Possibly the latest threat to Nigeria’s peace and unity is the emergence of a new, more determined brand of agitators in the South East demanding for the secession of ‘Biafra.’
The Indigenous People of Biafra and their demands aren’t new per se. They just seem to have evolved rapidly in the last few years till date, recurring in the limelight as a cause for worry, with Nnamdi Kanu at the forefront. These past 2 years coinciding with Buhari’s administration seem to have been particularly thick with inter-tribal tension that has led to where we are today.
On 14th September, a disturbing eyewitness video was in circulation showing members of the Nigerian army violently abusing a group of alleged IPOB members. This, along with accounts of indiscriminate killings of civilians in the state raises important questions once again about the role of the Nigerian military in internal security issues and the value the State places on civilian life.
According to the Constitution, the job of the army is to defend Nigeria from external attacks, maintain territorial integrity and to aid civil authorities to restore order in times of chaos. So why is it then, that our armed forces are too often mixed up in civilian issues, and end up misusing their power and taking the lives of innocent citizens?
On Sunday, as we are led to believe, a group of IPOB members in Aba started an attack on Northerners in the region, leading to public outrage. We saw videos of militants stopping and searching buses, looking for fleeing Northerners to attack and possibly kill. If at all as a Nation we have learnt anything from the past, it’s that such acts are a close precursor to full-blown warfare and we all expected the police to step in and restore peace and justice.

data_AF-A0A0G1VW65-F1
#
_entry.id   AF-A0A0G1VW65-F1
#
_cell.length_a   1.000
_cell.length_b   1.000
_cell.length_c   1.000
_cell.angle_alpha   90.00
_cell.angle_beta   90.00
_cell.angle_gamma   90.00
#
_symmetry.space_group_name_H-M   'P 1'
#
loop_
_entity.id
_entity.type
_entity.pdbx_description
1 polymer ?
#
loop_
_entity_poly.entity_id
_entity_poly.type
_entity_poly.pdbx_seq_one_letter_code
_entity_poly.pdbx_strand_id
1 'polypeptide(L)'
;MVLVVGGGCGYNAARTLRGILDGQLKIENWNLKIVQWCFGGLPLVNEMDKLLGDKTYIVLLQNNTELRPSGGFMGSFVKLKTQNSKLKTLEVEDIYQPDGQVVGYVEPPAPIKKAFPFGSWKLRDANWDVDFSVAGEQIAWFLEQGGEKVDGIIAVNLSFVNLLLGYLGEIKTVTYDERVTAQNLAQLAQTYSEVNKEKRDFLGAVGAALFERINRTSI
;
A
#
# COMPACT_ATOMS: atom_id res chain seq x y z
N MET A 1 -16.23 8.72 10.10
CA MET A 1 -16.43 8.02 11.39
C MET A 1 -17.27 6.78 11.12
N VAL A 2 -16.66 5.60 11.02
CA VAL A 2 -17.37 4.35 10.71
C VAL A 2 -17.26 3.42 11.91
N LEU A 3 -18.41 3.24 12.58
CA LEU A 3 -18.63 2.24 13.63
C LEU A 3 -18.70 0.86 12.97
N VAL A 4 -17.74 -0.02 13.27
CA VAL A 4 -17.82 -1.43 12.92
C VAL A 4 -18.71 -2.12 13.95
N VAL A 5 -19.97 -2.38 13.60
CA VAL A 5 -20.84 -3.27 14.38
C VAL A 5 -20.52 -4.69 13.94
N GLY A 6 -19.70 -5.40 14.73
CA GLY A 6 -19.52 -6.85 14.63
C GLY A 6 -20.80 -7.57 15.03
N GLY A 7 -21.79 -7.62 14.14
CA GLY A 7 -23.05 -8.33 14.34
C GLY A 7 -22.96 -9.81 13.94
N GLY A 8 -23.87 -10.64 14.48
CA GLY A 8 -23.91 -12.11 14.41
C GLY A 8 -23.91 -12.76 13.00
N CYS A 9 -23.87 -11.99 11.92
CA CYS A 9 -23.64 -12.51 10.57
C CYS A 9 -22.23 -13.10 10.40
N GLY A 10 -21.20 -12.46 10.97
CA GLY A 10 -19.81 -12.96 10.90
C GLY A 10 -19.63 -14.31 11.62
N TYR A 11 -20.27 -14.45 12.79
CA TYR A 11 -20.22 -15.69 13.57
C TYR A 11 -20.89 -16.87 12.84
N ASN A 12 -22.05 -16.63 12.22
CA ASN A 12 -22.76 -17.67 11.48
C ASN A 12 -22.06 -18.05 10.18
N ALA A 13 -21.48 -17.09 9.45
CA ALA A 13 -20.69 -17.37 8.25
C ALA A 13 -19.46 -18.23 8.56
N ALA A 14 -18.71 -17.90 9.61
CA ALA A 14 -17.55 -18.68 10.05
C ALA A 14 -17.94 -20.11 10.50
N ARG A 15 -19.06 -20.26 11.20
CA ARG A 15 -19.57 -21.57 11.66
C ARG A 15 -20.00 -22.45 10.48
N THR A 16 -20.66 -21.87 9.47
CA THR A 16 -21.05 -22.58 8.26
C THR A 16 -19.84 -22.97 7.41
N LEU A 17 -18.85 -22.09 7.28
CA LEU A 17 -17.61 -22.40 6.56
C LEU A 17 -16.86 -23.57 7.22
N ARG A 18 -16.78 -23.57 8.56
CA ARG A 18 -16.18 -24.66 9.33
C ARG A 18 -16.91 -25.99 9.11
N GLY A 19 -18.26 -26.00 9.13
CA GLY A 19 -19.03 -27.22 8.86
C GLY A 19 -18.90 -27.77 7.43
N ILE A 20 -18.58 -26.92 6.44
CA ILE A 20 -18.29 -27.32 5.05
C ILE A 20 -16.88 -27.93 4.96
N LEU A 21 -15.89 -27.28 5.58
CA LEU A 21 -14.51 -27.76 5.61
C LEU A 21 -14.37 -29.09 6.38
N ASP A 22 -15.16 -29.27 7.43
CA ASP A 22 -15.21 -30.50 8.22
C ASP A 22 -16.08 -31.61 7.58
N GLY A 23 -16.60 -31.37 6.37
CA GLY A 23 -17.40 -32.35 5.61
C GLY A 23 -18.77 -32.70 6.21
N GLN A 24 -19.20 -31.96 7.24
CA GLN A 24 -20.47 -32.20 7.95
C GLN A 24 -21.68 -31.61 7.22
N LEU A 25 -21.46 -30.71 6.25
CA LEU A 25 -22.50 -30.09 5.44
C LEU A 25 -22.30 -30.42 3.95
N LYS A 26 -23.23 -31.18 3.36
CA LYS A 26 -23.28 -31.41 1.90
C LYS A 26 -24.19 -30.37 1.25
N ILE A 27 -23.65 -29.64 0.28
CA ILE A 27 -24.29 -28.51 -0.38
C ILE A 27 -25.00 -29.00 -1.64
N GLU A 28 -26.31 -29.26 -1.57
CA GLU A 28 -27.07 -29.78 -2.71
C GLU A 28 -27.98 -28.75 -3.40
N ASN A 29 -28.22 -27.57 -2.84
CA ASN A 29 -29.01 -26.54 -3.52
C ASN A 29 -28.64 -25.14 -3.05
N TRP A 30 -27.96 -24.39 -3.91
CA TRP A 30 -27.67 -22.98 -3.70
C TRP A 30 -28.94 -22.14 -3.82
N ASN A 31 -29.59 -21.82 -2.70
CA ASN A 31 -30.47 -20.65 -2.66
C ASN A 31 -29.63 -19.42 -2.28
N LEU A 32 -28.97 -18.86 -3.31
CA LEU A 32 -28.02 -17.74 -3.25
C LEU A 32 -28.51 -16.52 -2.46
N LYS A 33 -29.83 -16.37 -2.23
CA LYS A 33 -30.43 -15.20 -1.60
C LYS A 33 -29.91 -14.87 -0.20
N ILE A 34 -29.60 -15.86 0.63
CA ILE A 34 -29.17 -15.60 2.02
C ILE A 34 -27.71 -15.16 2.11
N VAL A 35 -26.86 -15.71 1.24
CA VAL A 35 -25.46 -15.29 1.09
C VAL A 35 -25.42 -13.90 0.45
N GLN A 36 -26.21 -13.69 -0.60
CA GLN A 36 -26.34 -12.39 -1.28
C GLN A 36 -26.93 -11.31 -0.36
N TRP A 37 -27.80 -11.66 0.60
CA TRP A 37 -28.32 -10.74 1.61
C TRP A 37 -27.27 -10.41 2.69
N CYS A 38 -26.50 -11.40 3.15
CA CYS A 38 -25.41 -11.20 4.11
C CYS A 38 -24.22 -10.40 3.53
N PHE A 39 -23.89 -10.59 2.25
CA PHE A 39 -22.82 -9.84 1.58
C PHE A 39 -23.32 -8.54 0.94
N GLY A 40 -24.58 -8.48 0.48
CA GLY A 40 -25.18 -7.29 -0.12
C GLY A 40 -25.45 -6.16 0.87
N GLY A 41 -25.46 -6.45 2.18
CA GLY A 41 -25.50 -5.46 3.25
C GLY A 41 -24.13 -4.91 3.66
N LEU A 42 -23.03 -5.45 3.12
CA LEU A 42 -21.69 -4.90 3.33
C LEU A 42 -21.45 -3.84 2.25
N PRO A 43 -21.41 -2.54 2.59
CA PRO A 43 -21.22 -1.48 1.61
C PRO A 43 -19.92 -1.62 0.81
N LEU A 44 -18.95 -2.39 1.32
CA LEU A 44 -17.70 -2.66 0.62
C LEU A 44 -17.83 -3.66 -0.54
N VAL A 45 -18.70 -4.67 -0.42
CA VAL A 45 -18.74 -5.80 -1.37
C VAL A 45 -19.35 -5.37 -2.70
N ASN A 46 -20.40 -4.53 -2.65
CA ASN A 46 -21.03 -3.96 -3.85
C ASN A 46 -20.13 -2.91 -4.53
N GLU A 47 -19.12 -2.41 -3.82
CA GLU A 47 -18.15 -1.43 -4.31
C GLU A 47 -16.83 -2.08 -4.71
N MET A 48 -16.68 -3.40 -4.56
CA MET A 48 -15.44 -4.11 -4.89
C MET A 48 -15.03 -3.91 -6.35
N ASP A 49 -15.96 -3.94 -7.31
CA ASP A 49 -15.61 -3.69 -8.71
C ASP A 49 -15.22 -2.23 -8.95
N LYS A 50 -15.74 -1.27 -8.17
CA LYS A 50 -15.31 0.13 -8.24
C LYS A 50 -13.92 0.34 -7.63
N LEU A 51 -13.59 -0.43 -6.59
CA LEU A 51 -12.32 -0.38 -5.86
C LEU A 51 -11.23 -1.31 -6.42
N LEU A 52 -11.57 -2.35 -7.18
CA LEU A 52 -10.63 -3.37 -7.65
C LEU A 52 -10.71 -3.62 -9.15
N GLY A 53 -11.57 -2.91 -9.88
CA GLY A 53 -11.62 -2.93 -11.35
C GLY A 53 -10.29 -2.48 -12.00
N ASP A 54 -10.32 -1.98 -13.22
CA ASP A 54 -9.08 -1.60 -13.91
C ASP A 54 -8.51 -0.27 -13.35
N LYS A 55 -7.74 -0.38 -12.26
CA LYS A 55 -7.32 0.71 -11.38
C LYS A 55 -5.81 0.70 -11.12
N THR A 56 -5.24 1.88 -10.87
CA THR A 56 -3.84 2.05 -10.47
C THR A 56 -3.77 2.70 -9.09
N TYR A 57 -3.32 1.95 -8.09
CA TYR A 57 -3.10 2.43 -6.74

Following the deployment of the Nigerian army and their documented acts of unwarranted abuse in the region, now it’s hard to believe that restoring peace was the agenda at all. Already, public response has been a backlash – from civil rights groups to military authorities – including talk of military presence being removed from the state, but the growing seed of discord and agitation has already been watered by their actions.
Previously, the majority acknowledged Nnamdi Kanu as an extremist but this agitation has served to gain new sympathizers to his cause from among the already alienated ndi igbo who are rightfully embittered by the military’s actions. Another sore point is the lackadaisical attitude of the government and security forces when Fulani herdsmen earlier this year were slaughtering people of the South East. Where was this swift response from the armed forces in the area then?
This conflict is coming when tensions are already high after a group of northerners issued a warning for all Igbos in the North to vacate or face acts of violence. Even though this happened while Mr President was away on one of his ‘sick leaves’, we already know his take on the issue. In his return address to Nigerians, PMB made it clear that no group would be allowed to threaten the unity of the nation.
Let’s remember that not too long before now, Amnesty International had already accused the Nigerian army of massacring about 150 IPOB members in 2016, which the President is yet to address directly. Indeed, this new incident is only a reopening of that scar.
It would do us well to look closely at other countries in crisis today, or even at our own past experience. They all started a similar way. Do we really want to go down that road? I speak for myself and many of Nigeria’s youth that we are uninterested in the bigotry and ethnic divisiveness our predecessors have so tried to pass down to us and that continues to hamper the progress of the country.
We are not stupid and we can see clearly that in most cases, influential men push such narratives for political agenda while impressionable youth and our less privileged kinsmen suffer the most. When will we refuse to play along in the schemes wicked leaders?